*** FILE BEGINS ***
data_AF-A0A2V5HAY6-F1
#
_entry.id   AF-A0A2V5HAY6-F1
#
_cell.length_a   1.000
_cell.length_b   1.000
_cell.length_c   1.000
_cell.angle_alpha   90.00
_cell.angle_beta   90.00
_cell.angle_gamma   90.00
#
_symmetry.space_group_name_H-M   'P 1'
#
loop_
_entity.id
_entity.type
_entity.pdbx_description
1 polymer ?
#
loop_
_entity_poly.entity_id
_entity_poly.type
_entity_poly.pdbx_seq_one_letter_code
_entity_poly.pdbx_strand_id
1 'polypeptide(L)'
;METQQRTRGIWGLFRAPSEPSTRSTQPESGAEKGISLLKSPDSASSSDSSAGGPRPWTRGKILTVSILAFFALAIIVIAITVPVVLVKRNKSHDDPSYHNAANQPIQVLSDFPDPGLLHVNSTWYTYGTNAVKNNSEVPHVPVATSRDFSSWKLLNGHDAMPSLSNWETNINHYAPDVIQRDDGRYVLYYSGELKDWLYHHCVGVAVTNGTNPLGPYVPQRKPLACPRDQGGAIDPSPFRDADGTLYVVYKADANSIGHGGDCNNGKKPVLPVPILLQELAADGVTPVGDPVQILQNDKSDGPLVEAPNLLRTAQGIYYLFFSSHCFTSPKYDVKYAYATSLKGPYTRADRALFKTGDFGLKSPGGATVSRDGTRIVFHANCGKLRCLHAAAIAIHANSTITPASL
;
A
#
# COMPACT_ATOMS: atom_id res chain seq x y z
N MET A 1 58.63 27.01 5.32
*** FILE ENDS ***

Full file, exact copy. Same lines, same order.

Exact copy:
data_AF-A0A2V5HAY6-F1
#
_entry.id   AF-A0A2V5HAY6-F1
#
_cell.length_a   1.000
_cell.length_b   1.000
_cell.length_c   1.000
_cell.angle_alpha   90.00
_cell.angle_beta   90.00
_cell.angle_gamma   90.00
#
_symmetry.space_group_name_H-M   'P 1'
#
loop_
_entity.id
_entity.type
_entity.pdbx_description
1 polymer ?
#
loop_
_entity_poly.entity_id
_entity_poly.type
_entity_poly.pdbx_seq_one_letter_code
_entity_poly.pdbx_strand_id
1 'polypeptide(L)'
;METQQRTRGIWGLFRAPSEPSTRSTQPESGAEKGISLLKSPDSASSSDSSAGGPRPWTRGKILTVSILAFFALAIIVIAITVPVVLVKRNKSHDDPSYHNAANQPIQVLSDFPDPGLLHVNSTWYTYGTNAVKNNSEVPHVPVATSRDFSSWKLLNGHDAMPSLSNWETNINHYAPDVIQRDDGRYVLYYSGELKDWLYHHCVGVAVTNGTNPLGPYVPQRKPLACPRDQGGAIDPSPFRDADGTLYVVYKADANSIGHGGDCNNGKKPVLPVPILLQELAADGVTPVGDPVQILQNDKSDGPLVEAPNLLRTAQGIYYLFFSSHCFTSPKYDVKYAYATSLKGPYTRADRALFKTGDFGLKSPGGATVSRDGTRIVFHANCGKLRCLHAAAIAIHANSTITPASL
;
A
#
# COMPACT_ATOMS: atom_id res chain seq x y z
N MET A 1 58.63 27.01 5.32